Carla Overbeck

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Carla Overbeck
Carla2007soccer.jpg
Personal information
Full name Carla Werden Overbeck
Date of birth (1968-05-09) May 9, 1968 (age 46)
Place of birth Pasadena, California, United States
Playing position Defender
Senior career*
Years Team Apps (Gls)
Carolina Courage
National team
1988–2000 United States 168
* Senior club appearances and goals counted for the domestic league only. † Appearances (Goals).

Carla Werden Overbeck (born May 9, 1968)[1] is a retired American soccer player and longtime member and captain of the United States women's national soccer team. She is currently an assistant coach of Duke University's women's soccer team, where she has been coaching since 1992, overseeing Duke's defensive unit principally. She was inducted into the National Soccer Hall of Fame in 2006.

Early life[edit]

Born in Pasadena, California, Overbeck grew up in Richardson, Texas, a suburb of Dallas, where she attended Richardson High School.[2] She began playing soccer at the age of 11 - playing for club soccer team, the Dallas Sting. With the Sting, she won two national championships.[2][3]

North Carolina Tar Heels[edit]

Overbeck played college soccer at the University of North Carolina at Chapel Hill from 1986 to 1989, where she won the NCAA Women's Soccer Championship each of her four seasons. She was an NSCAA All-America selection three times. During her time as a central defender with the Tar Heels, the team tallied a 95-match unbeaten streak (89-0-6).[2][4]

Playing career[edit]

Club[edit]

Overbeck played for the Raleigh Wings of the W-League in 1998 and helped the team finish with a 14-0 record and clinch the league's championship title.[5][6]

From 2001 to 2002, Overbeck played for the Carolina Courage in the WUSA, the first professional soccer league for women in the United States. She was also on the WUSA Board of Governors.[7] In August 2002, her goal during overtime helped lift the Courage to the WUSA Founders Cup II, the league's championship game against the Washington Freedom, led by Mia Hamm and Abby Wambach.[8] The Courage defeated the Freedom 3-2 to clinch the championship title on August 24, 2002.[9]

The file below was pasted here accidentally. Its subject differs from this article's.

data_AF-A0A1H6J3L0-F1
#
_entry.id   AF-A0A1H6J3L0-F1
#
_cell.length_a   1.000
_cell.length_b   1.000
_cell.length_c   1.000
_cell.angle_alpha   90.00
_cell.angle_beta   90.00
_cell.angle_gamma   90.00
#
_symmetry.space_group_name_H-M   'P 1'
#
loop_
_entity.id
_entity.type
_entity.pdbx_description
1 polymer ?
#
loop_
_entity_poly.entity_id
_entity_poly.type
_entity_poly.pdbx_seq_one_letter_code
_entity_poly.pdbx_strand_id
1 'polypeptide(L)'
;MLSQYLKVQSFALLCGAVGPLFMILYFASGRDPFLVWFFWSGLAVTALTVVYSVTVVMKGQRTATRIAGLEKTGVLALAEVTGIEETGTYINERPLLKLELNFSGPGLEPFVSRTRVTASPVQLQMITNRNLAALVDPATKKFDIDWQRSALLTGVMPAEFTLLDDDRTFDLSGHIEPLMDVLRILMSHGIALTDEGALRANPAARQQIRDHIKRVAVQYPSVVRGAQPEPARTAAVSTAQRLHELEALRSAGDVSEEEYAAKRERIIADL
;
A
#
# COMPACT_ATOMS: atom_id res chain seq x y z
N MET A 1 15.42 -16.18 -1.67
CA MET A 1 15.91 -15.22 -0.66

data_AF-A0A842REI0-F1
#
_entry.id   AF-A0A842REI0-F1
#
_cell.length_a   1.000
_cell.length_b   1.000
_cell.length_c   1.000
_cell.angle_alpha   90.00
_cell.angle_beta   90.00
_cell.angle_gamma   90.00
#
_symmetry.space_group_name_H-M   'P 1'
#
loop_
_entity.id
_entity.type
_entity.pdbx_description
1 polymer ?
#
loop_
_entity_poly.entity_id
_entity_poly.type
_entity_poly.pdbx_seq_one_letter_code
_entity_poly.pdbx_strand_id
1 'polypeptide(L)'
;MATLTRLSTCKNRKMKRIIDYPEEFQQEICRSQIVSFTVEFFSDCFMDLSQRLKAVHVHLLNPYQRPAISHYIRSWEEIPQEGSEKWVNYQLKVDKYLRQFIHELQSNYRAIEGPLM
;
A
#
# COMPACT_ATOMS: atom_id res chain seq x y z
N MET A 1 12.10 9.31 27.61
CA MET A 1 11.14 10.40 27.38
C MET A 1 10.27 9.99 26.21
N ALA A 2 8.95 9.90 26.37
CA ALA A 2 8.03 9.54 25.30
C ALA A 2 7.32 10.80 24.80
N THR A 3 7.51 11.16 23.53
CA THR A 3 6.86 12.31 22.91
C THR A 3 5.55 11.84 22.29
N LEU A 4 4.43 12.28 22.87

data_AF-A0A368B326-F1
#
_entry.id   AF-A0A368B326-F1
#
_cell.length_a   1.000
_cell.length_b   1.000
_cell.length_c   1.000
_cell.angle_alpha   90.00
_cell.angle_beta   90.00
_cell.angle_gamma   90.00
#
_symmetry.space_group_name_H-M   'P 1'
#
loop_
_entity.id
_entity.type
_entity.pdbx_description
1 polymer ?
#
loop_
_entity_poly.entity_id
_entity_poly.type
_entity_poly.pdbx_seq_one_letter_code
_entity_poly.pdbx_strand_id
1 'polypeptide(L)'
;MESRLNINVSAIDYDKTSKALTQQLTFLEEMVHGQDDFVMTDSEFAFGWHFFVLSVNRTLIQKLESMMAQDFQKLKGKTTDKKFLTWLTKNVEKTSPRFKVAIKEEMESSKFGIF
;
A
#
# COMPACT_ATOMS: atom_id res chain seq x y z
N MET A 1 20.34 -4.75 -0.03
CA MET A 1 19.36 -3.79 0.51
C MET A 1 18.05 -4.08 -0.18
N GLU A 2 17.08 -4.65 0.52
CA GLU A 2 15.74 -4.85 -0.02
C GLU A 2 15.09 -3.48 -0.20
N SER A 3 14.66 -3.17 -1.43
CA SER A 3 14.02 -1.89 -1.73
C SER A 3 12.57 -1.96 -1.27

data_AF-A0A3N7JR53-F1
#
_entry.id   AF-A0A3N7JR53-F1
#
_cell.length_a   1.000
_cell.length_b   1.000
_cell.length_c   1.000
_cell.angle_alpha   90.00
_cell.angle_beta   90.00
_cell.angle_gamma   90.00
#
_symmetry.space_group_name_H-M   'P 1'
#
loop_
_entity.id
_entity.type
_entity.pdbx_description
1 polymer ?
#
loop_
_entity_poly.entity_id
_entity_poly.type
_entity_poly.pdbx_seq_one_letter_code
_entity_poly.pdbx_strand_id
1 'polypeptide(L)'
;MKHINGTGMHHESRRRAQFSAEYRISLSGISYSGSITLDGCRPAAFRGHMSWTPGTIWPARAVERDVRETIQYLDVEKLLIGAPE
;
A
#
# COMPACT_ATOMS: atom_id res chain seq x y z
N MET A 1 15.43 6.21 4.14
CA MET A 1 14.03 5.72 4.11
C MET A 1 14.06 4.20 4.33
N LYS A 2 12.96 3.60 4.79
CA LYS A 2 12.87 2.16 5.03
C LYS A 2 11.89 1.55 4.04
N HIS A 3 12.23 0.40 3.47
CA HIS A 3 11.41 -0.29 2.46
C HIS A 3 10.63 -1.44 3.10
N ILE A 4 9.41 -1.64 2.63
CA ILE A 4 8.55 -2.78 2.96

International[edit]

Overbeck first appeared with the U.S. national team on June 1, 1988, and was a member of the U.S. team that won the first-ever FIFA Women's World Cup in 1991. Playing central defender, she led a defense that allowed five goals in six matches.[2]

She was one of two players to play every minute of each of the team's games at the 1995 FIFA Women's World Cup, the 1996 Summer Olympics, and the 1999 Women's World Cup. In 1998, she captained the national team to win the first-ever Goodwill Games.[2]

Overbeck retired from international competition following the 2000 Summer Olympics, finishing her career with 168 caps.

Coaching career[edit]

Overbeck has been an assistant coach for Duke University's women's soccer team since 1992.[4]

Honors and awards[edit]

Individual[edit]

Team[edit]

  • Sports Illustrated Sportswomen of the Year, December 1999[12]
  • WUSA Founders Cup II, 2002

Media coverage[edit]

Overbeck appeared with her national team teammates on the cover Sports Illustrated's December 20, 1999 issue.[12] She was featured in the film, Dare to Dream: The Story of the U.S. Women's Soccer Team in 2007.[13]

Overbeck was featured in the ESPN series, "Nine for IX" during "The 99ers" episode.[14]

Personal life[edit]

In late 1999, Carla was diagnosed with Graves' Disease.[15] In December 2009, Carla Overbeck became an official spokesperson for Instaflex.[16]

See also[edit]

References[edit]

  1. ^ "Carla Overbeck". Olympics at Sports-Reference.com. Sports Reference LLC. Retrieved $1 $2.  Check date values in: |accessdate= (help)
  2. ^ a b c d e f "Carla Overbeck". North Carolina Soccer Hall of Fame. Retrieved 28 September 2013. 
  3. ^ "History and accomplishments". Sting Soccer Club. Retrieved 28 September 2013. 
  4. ^ a b "Carla Overbeck". Duke University. Retrieved 28 September 2013. 
  5. ^ Blevins, David (2011). The Sports Hall of Fame Encyclopedia. Rowman & Littlefield. p. 739. ISBN 0810861305. 
  6. ^ "USISL W-League: Raleigh Wings". Soccer Times. Retrieved 28 September 2013. 
  7. ^ "WUSA Restructures Senior Management and Relocates Headquarters to Atlanta". US Soccer Federation. Retrieved 28 September 2013. 
  8. ^ "Overbeck's OT goal sends Carolina to title game". Sports Illustrated. Retrieved 28 September 2013. 
  9. ^ "Courage won 2002 WUSA title with McDermott at helm". ESPN. Retrieved 28 September 2013. 
  10. ^ "Lalas, Overbeck elected to soccer Hall of Fame". USA Today. 6 May 2006. Retrieved 28 September 2013. 
  11. ^ "Lalas, Overbeck highlight Hall of Fame class". ESPN. Retrieved 28 September 2013. 
  12. ^ a b "Sportswomen of the Year". Sports Illustrated. Retrieved 28 September 2013. 
  13. ^ "SEE RANK Dare to Dream: The Story of the U.S. Women's Soccer Team". IMDB. Retrieved 28 September 2013. 
  14. ^ "Carla Overbeck still inspires". ESPN. Retrieved 28 September 2013. 
  15. ^ "U.S. Women's National Team Captain Carla Overbeck Diagnosed with Grave's Disease". US Soccer Federation. Retrieved 28 September 2013. 
  16. ^ "Instaflex Signs Deal With Soccer Legend, Hall of Famer Carla Overbeck". New York Sports Journalism. Retrieved 28 September 2013. 

External links/sources[edit]